Trump Can’t Easily Break the Fed
(Bloomberg Opinion) -- President Donald Trump keeps attacking the Federal Reserve, and has recently moved toward appointing loyalists to the Fed’s governing board. This has sparked fears that he might gain some control over the world’s most powerful central bank, getting it to do his bidding rather than what’s best for the economy in the long term.
Are those fears justified? Although my level of concern has risen, I’m not close to hitting the panic button.
The Federal Open Market Committee, which sets U.S. monetary policy, is populated overwhelmingly by people who leave politics at the door. If Trump managed to win Senate approval for Stephen Moore and another ally, and if both proved perfectly loyal, they would still have only two of 12 votes on the committee. That’s insufficient to come close to politicizing the Fed’s decisions.
The current committee members agree strongly about the appropriate course of monetary policy. None has publicly dissented from the group’s decisions in the nine meetings such Jerome Powell took over as chairman in February 2018. If the committee were already more fractured, adding members who might dissent would be much more problematic.
Even then, influence within the committee is not just a matter of numbers. The members with the most expertise — currently Powell, Richard Clarida and John Williams — work most closely with the Fed staff, set the agenda and hence have by far the most say in the setting of monetary policy. Also, because federal sunshine rules require meetings of four or more governors to be made public, typically only two or three governors confer directly to formulate strategy and tactics prior to formal committee and board meetings. Thus, those not included in the core group have less influence.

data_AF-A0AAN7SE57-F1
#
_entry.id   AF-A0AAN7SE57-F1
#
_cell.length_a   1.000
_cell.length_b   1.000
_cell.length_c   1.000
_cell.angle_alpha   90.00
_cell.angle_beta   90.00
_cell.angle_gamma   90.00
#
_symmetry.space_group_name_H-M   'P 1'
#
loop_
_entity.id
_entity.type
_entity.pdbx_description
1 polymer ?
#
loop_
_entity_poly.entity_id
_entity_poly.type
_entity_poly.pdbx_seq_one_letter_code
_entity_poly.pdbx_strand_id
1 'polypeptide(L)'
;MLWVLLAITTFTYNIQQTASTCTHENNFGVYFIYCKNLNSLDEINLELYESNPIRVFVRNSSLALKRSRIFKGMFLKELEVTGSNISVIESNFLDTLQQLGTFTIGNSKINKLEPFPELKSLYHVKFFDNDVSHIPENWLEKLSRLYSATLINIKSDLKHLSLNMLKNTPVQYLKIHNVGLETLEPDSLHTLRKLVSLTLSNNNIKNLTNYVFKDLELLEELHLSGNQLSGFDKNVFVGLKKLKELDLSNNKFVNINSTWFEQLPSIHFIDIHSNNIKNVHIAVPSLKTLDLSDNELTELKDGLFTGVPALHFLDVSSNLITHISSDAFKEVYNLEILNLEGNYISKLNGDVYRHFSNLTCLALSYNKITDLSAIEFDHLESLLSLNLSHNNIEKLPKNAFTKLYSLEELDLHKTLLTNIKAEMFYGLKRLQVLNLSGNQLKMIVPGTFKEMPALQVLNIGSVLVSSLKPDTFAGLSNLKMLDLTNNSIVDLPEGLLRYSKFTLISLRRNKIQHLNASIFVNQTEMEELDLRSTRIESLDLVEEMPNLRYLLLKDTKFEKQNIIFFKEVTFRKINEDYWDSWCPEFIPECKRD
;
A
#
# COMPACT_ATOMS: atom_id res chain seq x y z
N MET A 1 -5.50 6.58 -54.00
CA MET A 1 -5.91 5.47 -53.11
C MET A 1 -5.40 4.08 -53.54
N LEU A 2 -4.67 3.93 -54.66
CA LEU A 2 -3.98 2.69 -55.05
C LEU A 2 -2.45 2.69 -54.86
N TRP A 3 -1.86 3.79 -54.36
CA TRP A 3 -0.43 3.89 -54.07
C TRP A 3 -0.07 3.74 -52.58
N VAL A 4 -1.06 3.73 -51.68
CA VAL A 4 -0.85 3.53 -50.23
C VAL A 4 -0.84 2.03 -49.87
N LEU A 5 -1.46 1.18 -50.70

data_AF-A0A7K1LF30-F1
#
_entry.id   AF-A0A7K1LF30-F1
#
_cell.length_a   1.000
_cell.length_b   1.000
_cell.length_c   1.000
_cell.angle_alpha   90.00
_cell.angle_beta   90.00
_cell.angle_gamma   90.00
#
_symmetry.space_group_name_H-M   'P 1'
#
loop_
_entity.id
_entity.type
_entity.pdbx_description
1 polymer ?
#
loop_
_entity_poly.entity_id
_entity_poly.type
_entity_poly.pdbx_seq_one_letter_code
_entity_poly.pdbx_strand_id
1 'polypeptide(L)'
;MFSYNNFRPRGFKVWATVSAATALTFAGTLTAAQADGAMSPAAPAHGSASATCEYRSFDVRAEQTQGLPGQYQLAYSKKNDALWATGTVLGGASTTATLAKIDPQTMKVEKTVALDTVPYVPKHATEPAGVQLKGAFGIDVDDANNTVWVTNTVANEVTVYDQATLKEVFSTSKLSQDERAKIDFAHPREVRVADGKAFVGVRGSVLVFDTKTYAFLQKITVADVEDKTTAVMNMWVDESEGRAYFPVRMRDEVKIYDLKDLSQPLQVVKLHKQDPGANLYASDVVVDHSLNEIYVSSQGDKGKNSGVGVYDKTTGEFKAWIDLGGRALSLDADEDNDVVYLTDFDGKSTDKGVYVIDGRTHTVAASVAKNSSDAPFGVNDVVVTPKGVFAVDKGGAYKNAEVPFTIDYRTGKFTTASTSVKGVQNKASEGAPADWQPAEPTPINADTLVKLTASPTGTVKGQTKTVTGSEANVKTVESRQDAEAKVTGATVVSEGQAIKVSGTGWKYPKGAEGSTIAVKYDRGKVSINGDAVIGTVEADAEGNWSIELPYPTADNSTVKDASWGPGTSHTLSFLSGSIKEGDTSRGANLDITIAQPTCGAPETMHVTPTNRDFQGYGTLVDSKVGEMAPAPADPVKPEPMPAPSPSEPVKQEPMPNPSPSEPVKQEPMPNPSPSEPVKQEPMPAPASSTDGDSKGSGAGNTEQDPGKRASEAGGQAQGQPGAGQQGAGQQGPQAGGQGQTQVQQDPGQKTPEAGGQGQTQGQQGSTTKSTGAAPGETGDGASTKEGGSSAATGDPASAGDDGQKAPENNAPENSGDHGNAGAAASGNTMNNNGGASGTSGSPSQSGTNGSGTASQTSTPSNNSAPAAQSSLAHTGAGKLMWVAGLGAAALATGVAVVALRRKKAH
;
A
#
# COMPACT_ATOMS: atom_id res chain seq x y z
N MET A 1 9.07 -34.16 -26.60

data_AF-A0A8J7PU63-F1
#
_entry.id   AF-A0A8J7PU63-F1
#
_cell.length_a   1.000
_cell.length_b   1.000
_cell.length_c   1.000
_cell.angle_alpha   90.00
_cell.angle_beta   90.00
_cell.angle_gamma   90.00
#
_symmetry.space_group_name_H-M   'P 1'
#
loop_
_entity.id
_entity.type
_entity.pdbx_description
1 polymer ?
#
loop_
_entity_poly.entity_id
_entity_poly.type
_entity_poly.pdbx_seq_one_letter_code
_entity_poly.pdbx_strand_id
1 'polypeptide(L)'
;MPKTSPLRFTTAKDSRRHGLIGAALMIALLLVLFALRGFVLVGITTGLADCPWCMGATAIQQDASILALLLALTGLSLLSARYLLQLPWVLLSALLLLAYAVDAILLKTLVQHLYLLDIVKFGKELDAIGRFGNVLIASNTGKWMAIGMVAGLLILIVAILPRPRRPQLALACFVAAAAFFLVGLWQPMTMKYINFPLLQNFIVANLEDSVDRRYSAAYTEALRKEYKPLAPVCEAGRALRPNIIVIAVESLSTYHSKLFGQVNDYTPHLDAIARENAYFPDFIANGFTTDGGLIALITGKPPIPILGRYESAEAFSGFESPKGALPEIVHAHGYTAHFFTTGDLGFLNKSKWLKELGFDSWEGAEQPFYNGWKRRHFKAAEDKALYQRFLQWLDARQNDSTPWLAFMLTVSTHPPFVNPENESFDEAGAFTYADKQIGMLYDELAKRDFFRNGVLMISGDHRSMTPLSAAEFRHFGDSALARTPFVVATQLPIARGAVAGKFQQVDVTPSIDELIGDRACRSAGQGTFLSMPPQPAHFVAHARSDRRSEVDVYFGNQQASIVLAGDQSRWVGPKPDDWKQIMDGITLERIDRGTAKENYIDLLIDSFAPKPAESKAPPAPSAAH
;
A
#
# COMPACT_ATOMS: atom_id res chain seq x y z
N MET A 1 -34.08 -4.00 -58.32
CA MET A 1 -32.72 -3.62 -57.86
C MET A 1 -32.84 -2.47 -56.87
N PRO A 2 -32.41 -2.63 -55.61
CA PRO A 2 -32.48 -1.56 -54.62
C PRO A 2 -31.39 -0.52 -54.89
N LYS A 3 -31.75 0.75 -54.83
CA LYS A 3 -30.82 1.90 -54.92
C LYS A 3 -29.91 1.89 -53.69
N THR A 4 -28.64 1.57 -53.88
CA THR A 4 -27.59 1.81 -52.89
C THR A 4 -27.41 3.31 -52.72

In short, whoever Trump appoints won’t be central to the policy-making process unless one of them becomes chairman. That’s not likely to happen soon, as Chairman Powell has said he intends to serve out his term, which runs to February 2022.
All that said, I’m not completely sanguine. The shift in the quality of potential appointees — from Powell and Clarida to Moore and Herman Cain (who recently withdrew his candidacy) — is striking. If more positions on the Fed’s Board of Governors open up, there’s still a chance that more appointees with overtly political agendas could undermine the central bank’s policy making. And if President Trump wins a second term, he will have an opportunity to replace Powell with someone more malleable. Thus, the outcome of the next election could have important consequences for the Fed’s long-term independence.
Personnel aside, the president’s attacks threaten to undermine confidence in the Fed. For one, his tendency to blame the Fed for poor economic performance could encourage others to do the same. Second, particularly at times when the Fed’s interest-rate decisions are a close call, Trump’s vocal criticism could lead people to believe that the Fed succumbed to his demands. Even if not true, such a perception would cast doubt on the Fed’s integrity.
U.S. presidents have tended to refrain from criticizing the Fed since 1993, when Robert Rubin — then head of President Bill Clinton’s National Economic Council — recognized that doing so had little benefit. It probably wouldn’t change the Fed’s direction, but might shake market confidence in the central bank’s independence. If markets decided that the Fed had a political agenda — for example, goosing the economy ahead of elections — they would become more volatile and long-term borrowing costs would likely rise to offset the risk of higher inflation. This cost would far outweigh any potential benefit from influencing the Fed’s monetary policy decisions.
President Trump has jettisoned such considerations. His desire to have the Fed as a scapegoat appears to outweigh his concern about compromising the central bank’s independence. Ironically, the better Powell and his colleagues do their jobs — the more they are able to resist Trump and maintain markets’ confidence in their independence — the less the president will pay for his regrettable choice to continually criticize the Fed.
This column does not necessarily reflect the opinion of the editorial board or Bloomberg LP and its owners.
Bill Dudley is a senior research scholar at Princeton University’s Center for Economic Policy Studies. He served as president of the Federal Reserve Bank of New York from 2009 to 2018, and as vice chairman of the Federal Open Market Committee. He was previously chief U.S. economist at Goldman Sachs.
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